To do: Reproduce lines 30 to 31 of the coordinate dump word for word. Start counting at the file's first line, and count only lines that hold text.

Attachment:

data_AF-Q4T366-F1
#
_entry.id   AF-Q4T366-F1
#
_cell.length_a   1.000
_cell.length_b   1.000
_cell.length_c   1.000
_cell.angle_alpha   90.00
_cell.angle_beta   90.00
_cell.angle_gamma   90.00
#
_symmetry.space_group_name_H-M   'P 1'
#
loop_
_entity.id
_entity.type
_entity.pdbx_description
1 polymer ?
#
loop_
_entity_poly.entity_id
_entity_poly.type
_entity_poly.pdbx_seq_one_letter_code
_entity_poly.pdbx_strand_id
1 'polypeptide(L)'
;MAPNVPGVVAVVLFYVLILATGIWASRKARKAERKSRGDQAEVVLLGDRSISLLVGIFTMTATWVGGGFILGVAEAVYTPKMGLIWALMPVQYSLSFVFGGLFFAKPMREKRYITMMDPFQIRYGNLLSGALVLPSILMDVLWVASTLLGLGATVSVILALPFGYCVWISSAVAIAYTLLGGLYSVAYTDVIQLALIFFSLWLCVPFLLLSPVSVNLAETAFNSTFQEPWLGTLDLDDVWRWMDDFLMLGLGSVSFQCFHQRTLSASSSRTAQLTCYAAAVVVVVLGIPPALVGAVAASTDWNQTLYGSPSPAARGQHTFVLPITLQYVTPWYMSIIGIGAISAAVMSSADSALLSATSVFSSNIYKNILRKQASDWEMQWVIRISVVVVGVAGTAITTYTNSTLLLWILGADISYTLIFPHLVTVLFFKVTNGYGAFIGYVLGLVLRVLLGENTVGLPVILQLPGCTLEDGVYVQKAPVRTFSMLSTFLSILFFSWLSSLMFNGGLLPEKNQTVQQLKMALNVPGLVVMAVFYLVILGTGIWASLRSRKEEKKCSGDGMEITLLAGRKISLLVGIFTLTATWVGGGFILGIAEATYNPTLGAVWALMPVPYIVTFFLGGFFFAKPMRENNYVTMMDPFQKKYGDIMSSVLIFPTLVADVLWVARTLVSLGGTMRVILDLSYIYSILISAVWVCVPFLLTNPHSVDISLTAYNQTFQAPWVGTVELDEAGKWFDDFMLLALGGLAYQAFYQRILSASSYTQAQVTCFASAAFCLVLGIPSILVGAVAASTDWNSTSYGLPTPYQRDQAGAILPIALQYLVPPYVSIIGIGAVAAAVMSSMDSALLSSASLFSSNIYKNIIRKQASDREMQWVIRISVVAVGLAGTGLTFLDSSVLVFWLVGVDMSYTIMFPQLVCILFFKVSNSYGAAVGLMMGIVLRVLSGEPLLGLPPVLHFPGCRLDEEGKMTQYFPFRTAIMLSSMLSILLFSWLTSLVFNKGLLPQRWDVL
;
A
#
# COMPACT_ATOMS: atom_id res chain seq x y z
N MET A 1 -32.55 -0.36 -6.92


# COMPACT_ATOMS: atom_id res chain seq x y z
N MET A 1 -32.55 -0.36 -6.92